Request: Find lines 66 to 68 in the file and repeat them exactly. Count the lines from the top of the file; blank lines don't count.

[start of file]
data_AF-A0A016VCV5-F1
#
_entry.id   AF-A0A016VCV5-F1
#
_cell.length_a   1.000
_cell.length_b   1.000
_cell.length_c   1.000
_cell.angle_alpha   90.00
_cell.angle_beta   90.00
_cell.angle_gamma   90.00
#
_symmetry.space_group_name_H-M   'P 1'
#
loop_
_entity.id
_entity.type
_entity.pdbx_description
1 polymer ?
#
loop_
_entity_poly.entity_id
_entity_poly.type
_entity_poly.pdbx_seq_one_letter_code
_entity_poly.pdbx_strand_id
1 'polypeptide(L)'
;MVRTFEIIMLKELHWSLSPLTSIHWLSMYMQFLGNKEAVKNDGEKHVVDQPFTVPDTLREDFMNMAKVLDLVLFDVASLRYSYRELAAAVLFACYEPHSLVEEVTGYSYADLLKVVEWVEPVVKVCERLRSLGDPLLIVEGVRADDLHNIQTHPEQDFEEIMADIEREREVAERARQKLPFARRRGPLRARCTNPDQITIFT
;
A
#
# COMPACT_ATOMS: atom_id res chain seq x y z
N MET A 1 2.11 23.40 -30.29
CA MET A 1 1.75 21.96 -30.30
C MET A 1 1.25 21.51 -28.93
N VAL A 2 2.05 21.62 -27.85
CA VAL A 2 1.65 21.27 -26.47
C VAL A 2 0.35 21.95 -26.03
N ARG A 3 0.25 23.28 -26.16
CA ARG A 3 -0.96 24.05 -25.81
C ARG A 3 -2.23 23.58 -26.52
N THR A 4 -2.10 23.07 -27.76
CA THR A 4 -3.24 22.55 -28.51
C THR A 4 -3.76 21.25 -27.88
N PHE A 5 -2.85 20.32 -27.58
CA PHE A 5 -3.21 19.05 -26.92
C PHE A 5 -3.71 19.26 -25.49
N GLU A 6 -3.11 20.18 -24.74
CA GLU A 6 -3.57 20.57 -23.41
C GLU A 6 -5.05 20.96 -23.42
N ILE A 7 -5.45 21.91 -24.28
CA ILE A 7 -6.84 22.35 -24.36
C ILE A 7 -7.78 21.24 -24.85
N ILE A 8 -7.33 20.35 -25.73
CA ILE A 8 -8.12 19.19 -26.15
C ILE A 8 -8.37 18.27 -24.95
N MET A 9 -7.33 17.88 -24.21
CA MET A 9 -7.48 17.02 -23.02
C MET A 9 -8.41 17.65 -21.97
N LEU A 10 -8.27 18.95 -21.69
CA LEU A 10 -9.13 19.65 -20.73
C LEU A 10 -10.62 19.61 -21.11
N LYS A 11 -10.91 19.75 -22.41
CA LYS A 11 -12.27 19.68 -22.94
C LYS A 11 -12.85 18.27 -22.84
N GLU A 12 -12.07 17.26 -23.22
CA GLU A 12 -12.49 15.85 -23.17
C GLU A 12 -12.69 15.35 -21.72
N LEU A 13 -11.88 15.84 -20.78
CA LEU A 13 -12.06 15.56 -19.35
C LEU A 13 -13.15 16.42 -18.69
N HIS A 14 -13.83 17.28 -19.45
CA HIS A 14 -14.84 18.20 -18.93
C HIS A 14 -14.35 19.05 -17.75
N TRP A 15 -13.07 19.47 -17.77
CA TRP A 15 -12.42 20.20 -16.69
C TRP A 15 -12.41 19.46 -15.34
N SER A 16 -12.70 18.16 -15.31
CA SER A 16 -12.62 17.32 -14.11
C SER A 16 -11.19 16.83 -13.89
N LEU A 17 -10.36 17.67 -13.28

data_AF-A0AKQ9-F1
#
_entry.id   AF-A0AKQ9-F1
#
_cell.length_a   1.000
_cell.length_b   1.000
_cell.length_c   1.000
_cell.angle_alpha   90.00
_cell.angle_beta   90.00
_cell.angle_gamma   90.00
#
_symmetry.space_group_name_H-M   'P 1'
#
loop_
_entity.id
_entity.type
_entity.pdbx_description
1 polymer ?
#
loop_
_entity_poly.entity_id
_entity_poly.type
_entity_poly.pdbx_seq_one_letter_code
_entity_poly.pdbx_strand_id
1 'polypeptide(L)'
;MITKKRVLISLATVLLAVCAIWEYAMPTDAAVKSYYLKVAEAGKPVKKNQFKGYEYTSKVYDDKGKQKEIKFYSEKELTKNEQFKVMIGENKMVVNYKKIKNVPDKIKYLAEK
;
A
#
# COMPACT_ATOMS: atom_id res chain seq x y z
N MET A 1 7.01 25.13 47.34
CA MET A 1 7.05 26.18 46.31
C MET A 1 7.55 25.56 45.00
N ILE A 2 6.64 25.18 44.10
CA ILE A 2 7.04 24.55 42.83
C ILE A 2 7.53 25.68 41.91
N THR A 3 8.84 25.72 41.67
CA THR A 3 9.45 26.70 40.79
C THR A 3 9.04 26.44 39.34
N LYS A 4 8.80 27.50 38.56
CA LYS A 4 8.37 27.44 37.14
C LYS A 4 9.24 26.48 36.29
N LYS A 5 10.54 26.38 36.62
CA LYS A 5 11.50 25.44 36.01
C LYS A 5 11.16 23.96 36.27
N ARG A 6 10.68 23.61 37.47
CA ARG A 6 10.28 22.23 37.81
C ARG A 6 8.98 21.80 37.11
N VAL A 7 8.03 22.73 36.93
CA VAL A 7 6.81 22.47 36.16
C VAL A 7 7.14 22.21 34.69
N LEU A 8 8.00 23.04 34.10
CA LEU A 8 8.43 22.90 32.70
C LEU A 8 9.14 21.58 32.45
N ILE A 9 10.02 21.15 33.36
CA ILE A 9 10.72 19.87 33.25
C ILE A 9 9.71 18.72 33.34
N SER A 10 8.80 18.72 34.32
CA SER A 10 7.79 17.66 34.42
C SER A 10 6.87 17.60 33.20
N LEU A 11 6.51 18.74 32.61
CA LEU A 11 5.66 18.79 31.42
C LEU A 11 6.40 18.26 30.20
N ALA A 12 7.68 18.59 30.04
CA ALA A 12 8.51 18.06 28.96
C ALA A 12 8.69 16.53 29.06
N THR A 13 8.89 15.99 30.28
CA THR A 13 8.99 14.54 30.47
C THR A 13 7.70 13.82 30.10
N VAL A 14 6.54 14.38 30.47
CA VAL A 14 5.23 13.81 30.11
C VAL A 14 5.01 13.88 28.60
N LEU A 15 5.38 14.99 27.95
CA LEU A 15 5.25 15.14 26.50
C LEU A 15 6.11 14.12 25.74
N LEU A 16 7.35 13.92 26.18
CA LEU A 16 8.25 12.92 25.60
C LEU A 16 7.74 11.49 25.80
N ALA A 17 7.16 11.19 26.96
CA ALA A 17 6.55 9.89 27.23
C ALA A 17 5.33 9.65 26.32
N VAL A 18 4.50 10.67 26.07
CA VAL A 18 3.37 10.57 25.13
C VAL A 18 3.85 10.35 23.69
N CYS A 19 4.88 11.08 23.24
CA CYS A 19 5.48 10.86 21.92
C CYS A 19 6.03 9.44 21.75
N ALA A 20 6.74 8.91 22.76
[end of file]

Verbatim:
C GLU A 12 -12.69 15.35 -21.72
N LEU A 13 -11.88 15.84 -20.78
CA LEU A 13 -12.06 15.56 -19.35